Sunday, Sunday

Were Sundays a special day when you were a kid? They were for us. Not so much for my mom. Since my dad worked at the Omaha World Herald on the night shift, he worked well into the early hours of Sunday. If there were mechanical breakdowns, he could be hours late getting home. Usually, he was able to fulfill his Sunday Mass obligation at the old St. Joe’s Hospital Chapel at 5 a.m., on his way home. He attended Mass with the nurses, and hurried home so Mom could go at 6 a.m. to our parish church. She would get home, wake us kids up, and my older brother and I walked to St. Bridget’s in South Omaha for the 9 a.m. Children’s Mass. We sat separated by gender just like at daily mass, which we were required to attend, too. Sunday had lots of people seated in the pews behind the children.

There was no 5 p.m. Mass during those days. That started in the very late 60’s, early 70’s. To this day, my Protestant friends laugh. They swear Catholics are the only religious denomination who can tell you where the shortest service is, time-wise. I marvel at how true that is. Never about the sermon, or the music, just about the world’s shortest Mass. Crazy!

After we went to Mass, Mom loaded all of us into the family truckster and we would go visit both grandparent’s every Sunday. They were always home. Grandma Jewell baked clover leaf rolls and Caramel Sticky Buns every week. From scratch, no less. Her house smelled heavenly. I can still smell the love when I drive past 3324 Center Street in Omaha. It will always be Grandma’s house to me.

After that, we would go to Grandma Bobell’s house. Grandpa was sometimes mowing the grass or had just finished. We would sit in their shaded backyard and visit. No matter how boring it was, you would never dare say that word out loud. Never. Grandma usually had some concoction of a snack for us. Crackers, store bought cookies, frozen juice. They were exotic treats to us because we didn’t have crackers at home for a snack, and cookies were made from scratch (cheaper back then) and juice? I think not. We drank water. No Kool-Aid or sodas for us. Water. Take it or leave it.

Did it hurt us? Heck no! We even wore our nice clothes all day on Sunday. Sunday-best was a phrase I think people used for a very long time. No pajamas and jeans were not pants anyone wore unless you were a laborer or farmer. No, jeans were not permitted at school events, dances, and we wore uniforms so they were not mainstream until about 1970. Seriously. Little boys wore dress pants/trousers just like their Dad’s and Grandpa’s. They wore a belt, they wore button shirts. There was no skipping on what was acceptable attire. The t-shirt with messages was not on the horizon until the late 70’s or early 80s. We wore leather shoes. Everyone. Tennis shoes were Keds or Converse and were strictly for tennis or basketball. I believe the first jogging shoes were the blue suede/leather ones. The fad started in the gay community and grew from there.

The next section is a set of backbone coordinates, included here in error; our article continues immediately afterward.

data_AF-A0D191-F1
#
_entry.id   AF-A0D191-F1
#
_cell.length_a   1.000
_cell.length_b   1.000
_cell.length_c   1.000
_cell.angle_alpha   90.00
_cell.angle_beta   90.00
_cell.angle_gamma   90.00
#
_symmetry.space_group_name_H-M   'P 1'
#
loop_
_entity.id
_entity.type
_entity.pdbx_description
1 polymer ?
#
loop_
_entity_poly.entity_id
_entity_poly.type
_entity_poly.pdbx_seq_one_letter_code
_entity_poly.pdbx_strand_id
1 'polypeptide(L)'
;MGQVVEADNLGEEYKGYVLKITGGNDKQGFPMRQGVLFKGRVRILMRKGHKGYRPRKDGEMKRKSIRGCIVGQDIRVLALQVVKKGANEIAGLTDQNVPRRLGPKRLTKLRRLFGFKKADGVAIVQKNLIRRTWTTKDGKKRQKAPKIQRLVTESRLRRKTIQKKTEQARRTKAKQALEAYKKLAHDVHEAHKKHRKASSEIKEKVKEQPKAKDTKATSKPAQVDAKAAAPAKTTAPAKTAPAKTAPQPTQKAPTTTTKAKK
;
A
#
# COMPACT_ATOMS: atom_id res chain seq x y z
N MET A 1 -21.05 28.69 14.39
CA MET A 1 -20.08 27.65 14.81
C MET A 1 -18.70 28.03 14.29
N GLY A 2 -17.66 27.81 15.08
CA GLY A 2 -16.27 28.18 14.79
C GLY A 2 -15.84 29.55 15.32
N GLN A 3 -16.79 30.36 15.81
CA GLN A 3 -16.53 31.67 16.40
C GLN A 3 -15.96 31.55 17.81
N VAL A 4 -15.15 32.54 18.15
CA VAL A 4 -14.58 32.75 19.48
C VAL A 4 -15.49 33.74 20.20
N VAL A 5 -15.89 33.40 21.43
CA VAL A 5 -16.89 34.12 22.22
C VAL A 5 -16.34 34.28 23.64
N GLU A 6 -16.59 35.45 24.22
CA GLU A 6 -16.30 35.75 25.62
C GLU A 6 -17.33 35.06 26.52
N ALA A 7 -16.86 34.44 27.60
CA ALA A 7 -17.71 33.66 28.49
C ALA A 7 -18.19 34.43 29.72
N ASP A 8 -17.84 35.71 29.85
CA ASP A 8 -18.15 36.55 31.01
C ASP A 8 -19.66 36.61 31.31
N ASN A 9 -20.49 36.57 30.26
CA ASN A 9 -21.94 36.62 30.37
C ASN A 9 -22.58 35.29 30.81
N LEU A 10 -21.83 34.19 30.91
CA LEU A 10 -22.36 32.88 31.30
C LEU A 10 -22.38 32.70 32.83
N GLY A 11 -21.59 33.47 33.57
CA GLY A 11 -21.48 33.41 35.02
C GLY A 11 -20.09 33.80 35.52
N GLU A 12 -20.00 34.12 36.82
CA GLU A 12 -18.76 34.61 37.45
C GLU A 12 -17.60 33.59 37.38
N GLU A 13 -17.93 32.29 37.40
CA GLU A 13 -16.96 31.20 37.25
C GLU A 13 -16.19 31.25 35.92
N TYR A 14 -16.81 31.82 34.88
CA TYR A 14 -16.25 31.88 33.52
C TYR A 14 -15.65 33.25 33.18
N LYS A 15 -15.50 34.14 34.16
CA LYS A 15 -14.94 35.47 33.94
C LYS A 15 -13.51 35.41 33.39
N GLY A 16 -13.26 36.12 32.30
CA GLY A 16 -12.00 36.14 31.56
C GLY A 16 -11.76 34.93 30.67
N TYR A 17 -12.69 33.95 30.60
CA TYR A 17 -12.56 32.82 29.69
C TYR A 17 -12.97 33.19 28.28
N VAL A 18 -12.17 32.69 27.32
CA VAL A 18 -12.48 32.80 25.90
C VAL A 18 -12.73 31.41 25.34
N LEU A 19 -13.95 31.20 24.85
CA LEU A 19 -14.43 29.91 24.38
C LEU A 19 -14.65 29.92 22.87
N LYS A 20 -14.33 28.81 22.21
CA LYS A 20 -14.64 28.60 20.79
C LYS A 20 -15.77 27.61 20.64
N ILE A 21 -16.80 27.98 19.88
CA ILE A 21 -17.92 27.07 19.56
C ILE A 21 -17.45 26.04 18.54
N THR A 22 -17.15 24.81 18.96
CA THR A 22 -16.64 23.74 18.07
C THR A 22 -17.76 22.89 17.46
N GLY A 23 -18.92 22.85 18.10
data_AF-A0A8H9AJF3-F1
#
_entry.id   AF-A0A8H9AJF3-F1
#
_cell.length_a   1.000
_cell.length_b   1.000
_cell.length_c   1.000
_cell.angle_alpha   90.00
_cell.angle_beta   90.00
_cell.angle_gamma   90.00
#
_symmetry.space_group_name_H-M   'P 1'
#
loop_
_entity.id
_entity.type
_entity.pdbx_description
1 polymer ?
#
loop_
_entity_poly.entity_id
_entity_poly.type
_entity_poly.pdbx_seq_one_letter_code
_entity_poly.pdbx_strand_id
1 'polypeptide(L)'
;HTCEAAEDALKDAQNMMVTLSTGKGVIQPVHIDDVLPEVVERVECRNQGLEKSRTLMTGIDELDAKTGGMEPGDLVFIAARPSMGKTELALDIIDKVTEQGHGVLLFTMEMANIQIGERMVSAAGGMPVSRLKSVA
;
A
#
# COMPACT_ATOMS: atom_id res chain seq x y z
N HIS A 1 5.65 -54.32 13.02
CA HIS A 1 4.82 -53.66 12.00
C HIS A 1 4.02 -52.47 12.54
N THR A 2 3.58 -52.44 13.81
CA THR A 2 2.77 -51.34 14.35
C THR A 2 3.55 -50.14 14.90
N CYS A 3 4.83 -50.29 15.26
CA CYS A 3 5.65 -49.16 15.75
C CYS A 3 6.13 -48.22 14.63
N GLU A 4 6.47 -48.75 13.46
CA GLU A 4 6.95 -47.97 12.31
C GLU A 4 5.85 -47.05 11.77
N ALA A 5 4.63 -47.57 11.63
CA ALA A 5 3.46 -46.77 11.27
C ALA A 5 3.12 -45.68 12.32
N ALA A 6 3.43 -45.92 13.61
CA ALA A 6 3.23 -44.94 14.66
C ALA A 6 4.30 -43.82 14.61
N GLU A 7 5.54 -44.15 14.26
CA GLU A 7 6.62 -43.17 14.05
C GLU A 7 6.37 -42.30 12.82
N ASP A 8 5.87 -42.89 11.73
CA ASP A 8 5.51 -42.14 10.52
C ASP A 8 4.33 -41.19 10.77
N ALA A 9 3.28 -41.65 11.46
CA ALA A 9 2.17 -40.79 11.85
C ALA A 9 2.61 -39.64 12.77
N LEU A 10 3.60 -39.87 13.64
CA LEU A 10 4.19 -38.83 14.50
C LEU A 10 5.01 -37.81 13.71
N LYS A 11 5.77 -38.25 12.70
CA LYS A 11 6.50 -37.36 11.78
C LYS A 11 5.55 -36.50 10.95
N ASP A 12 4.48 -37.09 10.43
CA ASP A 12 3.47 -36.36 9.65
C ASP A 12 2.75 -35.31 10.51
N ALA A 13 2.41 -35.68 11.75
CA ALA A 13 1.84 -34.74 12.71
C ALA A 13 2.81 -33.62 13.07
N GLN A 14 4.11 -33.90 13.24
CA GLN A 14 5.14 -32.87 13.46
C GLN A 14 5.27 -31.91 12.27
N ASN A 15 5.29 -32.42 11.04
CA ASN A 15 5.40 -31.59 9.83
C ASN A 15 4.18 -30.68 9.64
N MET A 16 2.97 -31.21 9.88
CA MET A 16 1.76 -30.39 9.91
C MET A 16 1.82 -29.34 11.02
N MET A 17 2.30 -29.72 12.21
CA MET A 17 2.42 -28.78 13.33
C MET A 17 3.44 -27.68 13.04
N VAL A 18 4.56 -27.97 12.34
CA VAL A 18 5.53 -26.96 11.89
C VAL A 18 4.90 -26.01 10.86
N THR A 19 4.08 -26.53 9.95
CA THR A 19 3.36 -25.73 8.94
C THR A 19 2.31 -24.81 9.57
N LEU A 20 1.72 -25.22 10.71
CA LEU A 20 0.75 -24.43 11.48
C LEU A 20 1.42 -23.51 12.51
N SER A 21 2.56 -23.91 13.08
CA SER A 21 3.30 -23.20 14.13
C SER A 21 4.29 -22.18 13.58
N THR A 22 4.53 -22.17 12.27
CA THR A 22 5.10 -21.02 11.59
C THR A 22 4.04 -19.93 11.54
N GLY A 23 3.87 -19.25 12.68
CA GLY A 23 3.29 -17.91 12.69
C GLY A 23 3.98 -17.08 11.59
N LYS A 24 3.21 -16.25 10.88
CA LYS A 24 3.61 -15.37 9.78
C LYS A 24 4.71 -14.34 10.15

I love a good pair of jeans and a comfy t-shirt, believe me. I do think there is a lot to say for how we dress as a society now. We have gone beyond casual/stay at home comfy/pajamas for going out in public. We have become kind of slovenly. With that, our demeanor and speech has become so as well. There is no “polite company” any more it seems. I’m just as guilty as the rest of the world for dressing casual and for very casual speech. Guilty as I charge. I think there is a lot of respect for ourselves and our fellow humans we could regain if we could monitor how we are when we leave our front doors. We would show more respect for ourselves. We would show more respect for each other. We would garner more respect, too.

I’m not saying wear suits everywhere, I’m saying wear well fitting clothes, clean clothes, and you will be met with better reactions. It should be part of everyone. Growing up the Babe and I didn’t have a lot as kids, but we were clean. Soap and water are still cheap. Clean clothes take effort but they are worth it. Pull your pants up, make sure they fit. Don’t send a bad message with your wardrobe. Be respectful. You will be respected.

There was a Black Lives Matter march of a different sort in Omaha yesterday. A group of young black men, dressed in suit coats, dress pants, shirts, ties, shoes, belts, who marched from Joslyn Museum on 24th and Dodge to somewhere downtown/Old Market area. I searched and could not find where, sorry! They have the right idea.

I believe we can all garner more respect when our appearance and demeanor is reflected in our dress, attitude, and actions. There is anger, and right now, although justified, I believe it is out of control. We all need to dial it back a notch or ten and use the anger for constructive dialogue. For it to work, we all need to be on the same page. All of us. Unless we do this soon, I think we’re doomed. And I would hate to see that happen to my country. The greatest country in the world. The United States of America. Let’s learn our real history, even the ugly parts. We need to remember how we’ve been oppressive, immoral, amoral, and committed grave errors for us to not go there again.

We all judge people. We hate to admit it but we do. Be aware and stop yourself from doing it. Especially if they are a lot different than you are. Check your prejudices and comments. About people of color. About policemen. About old people. About young people. I’m trying. Try with me.

Thank you for reading today. I appreciate your support. I’ll be here again tomorrow, as will our grandson Gavin, the dogs, and we’ll see you all then Be Kind. Be Thoughtful. Be Respectful. Wash your hands. Wear your mask. Stay outside.

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